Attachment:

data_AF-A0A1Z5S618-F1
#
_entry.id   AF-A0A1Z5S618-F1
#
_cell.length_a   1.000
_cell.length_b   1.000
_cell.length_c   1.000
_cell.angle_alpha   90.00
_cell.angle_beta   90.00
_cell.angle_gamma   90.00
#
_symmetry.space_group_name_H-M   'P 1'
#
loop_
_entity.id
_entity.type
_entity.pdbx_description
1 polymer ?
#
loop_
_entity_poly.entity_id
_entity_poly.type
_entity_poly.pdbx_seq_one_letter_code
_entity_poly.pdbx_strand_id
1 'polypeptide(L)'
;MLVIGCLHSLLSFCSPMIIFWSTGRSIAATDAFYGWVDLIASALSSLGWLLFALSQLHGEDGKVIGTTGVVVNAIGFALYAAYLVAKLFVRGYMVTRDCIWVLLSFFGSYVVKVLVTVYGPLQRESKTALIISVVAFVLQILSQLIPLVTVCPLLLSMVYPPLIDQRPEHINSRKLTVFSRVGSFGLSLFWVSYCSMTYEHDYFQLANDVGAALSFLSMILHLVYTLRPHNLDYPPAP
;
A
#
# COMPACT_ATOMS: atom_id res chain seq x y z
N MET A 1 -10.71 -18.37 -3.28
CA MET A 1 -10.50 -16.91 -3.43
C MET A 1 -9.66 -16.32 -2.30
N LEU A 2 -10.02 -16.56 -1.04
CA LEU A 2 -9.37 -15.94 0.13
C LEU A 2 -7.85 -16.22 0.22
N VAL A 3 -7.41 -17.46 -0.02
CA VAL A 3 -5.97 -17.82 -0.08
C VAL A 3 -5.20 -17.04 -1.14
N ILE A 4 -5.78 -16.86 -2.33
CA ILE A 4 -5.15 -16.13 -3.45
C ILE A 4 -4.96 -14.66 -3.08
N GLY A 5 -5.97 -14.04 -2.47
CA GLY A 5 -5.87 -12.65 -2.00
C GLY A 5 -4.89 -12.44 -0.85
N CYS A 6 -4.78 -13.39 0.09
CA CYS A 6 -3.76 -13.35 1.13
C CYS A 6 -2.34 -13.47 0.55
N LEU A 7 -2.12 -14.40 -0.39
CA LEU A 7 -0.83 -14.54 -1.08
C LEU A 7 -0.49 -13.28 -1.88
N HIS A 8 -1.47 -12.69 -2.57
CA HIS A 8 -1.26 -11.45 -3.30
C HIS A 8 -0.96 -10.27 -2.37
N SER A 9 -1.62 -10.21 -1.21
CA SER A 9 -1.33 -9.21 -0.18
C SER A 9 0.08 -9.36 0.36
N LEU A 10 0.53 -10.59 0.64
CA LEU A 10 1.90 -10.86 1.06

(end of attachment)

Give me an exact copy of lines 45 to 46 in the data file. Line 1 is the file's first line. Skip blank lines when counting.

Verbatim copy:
C GLY A 5 -4.89 -12.44 -0.85
N CYS A 6 -4.78 -13.39 0.09